I titled this post Ten Mile Traverse: Version 1.9 since I didn't actually summit peak 10 this time around.  Ominous clouds began making their presence known as we ascended peak 9.  Being without a layer, I knew I would be in for a cold descent and a cold busride if I delayed and let the hail and rain catch me.  We reached the saddle of peaks 9 and 10 about 6 hours and 40 minutes into the outing, at which point I began the dash down the gravel road and ski slopes to the Breckenridge Transit Station.  It was a good days work.

    I hope to continue with these Wednesday adventures.  Few people spend their Wednesday mornings on the trails, it turns out.  And I, thankfully, have great friends who also don't work 9-5s.  Next Wednesday I look forward to joining Eric and Troy for a 54 mile day as they dig deep in an effort to set a new Colorado Trail Speed Record!

Sandi, crushing.

Sage running up Peak One

View from Peak 3

Pick a line, any line...
Head in the clouds on Peak Two

Little exposure en route to Peak 3

Sage en route to slaying the Dragon

Scrambling the ridge between Three and Four

Sage and Sandi summiting Peak Four

Enjoying solid ground around Peak Five

Marching the steep grades up Peak Nine

Tuesday, July 16, 2013

Four Passes Loop Revisited

      Balance.  It is an underlying theme in each of our lives.  Be it the yin and the yang that represents so many principles of various eastern philosophies, or the more tangible balance that must occur when striving to work, play, nurture others, and grow amidst the hustle and bustle of life, balance is integral.  Often, I am aloof in my pursuit of balance, but recently I've come to terms with one truth regarding balance in my life: I prefer to balance on the edge.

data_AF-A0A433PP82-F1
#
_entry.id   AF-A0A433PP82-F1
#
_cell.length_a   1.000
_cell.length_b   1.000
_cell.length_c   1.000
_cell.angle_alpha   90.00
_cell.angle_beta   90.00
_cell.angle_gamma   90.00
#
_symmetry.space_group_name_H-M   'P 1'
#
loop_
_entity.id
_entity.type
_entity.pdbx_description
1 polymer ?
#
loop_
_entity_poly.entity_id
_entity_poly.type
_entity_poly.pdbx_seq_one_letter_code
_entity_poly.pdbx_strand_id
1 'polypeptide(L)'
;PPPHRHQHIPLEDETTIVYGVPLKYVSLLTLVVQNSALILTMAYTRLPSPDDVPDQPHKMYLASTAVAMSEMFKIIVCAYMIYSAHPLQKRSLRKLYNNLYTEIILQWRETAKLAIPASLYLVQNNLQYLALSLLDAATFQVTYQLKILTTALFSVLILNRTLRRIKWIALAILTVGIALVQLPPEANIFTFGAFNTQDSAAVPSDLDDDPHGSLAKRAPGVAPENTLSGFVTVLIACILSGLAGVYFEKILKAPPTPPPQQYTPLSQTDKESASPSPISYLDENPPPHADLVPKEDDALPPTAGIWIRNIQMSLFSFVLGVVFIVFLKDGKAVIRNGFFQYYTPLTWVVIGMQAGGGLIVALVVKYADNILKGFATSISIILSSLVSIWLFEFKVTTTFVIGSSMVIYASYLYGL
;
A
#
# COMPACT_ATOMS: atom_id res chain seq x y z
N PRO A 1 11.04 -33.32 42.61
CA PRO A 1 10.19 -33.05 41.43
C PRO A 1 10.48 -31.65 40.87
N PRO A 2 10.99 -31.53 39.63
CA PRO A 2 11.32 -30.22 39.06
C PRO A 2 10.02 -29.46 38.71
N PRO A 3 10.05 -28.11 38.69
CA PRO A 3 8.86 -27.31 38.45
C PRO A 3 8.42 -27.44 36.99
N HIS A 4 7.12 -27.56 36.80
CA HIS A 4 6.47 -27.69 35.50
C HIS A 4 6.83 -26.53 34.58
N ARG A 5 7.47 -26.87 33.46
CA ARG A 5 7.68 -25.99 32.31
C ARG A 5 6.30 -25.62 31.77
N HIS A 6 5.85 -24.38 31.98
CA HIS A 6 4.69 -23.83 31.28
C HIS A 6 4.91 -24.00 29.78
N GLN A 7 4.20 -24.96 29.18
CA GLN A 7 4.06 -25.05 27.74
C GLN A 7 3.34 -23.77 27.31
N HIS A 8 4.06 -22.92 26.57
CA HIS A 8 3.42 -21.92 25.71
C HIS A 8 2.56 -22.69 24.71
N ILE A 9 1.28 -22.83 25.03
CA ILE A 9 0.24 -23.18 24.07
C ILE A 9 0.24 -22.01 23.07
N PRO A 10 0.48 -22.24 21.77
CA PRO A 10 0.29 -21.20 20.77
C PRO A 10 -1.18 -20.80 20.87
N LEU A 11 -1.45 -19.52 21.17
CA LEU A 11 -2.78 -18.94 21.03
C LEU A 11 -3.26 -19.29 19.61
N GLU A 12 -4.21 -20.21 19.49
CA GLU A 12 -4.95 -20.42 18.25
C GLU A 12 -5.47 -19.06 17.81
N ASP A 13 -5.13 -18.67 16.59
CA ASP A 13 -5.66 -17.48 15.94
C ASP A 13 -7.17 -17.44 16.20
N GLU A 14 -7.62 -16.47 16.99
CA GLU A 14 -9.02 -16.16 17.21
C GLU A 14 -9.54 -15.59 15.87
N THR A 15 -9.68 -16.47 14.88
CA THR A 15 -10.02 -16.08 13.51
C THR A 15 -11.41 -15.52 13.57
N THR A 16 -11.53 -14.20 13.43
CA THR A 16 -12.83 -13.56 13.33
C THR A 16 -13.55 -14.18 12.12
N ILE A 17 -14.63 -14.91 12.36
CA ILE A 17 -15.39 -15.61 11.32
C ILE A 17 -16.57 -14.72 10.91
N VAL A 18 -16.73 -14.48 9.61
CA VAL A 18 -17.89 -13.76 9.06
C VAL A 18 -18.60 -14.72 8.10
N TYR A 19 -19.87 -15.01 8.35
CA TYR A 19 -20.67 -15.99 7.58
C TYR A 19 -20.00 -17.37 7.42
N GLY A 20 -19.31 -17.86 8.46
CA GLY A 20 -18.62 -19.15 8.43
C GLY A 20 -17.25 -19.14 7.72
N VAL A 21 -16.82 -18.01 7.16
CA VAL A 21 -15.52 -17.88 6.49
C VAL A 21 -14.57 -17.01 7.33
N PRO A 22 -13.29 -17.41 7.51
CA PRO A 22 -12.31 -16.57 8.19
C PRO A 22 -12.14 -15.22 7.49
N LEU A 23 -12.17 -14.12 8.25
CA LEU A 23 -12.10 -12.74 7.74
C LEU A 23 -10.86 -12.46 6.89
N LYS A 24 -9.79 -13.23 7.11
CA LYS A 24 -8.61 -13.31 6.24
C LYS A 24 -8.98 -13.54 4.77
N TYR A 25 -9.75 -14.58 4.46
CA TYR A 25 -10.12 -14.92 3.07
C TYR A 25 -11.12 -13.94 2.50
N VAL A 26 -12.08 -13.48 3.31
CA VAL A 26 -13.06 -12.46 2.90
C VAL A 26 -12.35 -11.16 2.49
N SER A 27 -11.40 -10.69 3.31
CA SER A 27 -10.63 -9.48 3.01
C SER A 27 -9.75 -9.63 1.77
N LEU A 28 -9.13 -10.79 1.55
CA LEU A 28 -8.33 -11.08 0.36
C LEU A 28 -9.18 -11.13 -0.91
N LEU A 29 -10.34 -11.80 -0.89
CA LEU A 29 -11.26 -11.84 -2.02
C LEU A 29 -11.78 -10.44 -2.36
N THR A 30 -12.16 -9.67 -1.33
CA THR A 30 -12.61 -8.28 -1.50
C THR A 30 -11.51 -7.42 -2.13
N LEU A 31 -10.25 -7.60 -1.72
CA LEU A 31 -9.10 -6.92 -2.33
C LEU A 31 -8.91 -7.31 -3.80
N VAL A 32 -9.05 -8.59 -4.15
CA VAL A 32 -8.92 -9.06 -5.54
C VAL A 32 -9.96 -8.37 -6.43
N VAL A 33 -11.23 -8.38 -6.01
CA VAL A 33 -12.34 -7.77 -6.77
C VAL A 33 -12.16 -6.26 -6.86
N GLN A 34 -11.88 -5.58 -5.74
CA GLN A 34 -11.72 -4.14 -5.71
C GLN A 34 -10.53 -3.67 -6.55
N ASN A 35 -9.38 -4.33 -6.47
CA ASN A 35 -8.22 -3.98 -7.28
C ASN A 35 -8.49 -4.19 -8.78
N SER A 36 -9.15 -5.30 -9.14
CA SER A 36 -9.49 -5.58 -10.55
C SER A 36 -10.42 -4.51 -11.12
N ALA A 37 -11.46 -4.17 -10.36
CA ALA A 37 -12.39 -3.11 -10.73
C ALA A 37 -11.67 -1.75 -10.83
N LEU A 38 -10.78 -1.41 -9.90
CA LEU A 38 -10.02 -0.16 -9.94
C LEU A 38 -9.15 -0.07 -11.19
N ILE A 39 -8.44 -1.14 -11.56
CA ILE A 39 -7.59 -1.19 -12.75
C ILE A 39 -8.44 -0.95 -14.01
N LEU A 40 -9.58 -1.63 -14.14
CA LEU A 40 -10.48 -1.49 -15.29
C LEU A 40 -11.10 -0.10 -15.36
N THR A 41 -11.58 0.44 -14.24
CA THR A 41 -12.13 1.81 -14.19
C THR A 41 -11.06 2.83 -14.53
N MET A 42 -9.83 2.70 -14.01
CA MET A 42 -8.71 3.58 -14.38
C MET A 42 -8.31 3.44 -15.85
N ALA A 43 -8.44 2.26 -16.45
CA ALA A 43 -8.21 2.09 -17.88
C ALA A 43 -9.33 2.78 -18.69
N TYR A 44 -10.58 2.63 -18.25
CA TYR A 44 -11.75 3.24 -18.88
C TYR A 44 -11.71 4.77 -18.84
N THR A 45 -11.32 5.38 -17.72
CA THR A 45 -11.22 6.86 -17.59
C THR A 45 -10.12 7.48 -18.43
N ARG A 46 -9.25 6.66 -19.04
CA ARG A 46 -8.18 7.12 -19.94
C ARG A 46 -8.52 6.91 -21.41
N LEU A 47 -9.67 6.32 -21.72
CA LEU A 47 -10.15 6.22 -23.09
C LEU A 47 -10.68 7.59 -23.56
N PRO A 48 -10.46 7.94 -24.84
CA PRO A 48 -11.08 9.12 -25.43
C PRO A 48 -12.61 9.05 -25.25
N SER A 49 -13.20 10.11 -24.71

An interesting quote that came my way a couple of days ago:

"There are no instructions.  There is nothing to hold on to.  You have to decide for yourself what gives you inner strength, what minimizes your confusion, what helps you get unstuck, what brings you closer to experiencing life without a storyline..."
-Pema Chodron

      I had the pleasure of making the acquaintance of Eric Grossman, a friend of some friends.  A few minutes before we'd even learned each other's names, we set a date two days away to trek the Maroon Bells Four Passes Loop.  It is always wonderful to be surrounded by people who also relish in the pursuit of beauty, the exploration of fatigue, and who have an undaunted enthusiasm for both the adventure of life and adventures in life.

      The trek featured good climbing (~12,000ft), great conversation, impeccable weather, and everything else that makes this one of the most scenic and inspiring routes in Colorado.  The trek took us about 7.5 hours.

Sunrise by Crater Lake (Photo: E. Grossman)

Ascending Buckskin Pass (Photo: E. Grossman)

Eric descending
Hikers descending Trail Rider Pass towards Snowmass Lake (Photo: E. Grossman)

"My hearts stuck on a mountain somewhere in North Caroline
Me, I choose to spend my days out here in the columbine"

Reaching the top of Frigid Air Pass, loving life.

Unbelievable grandeur!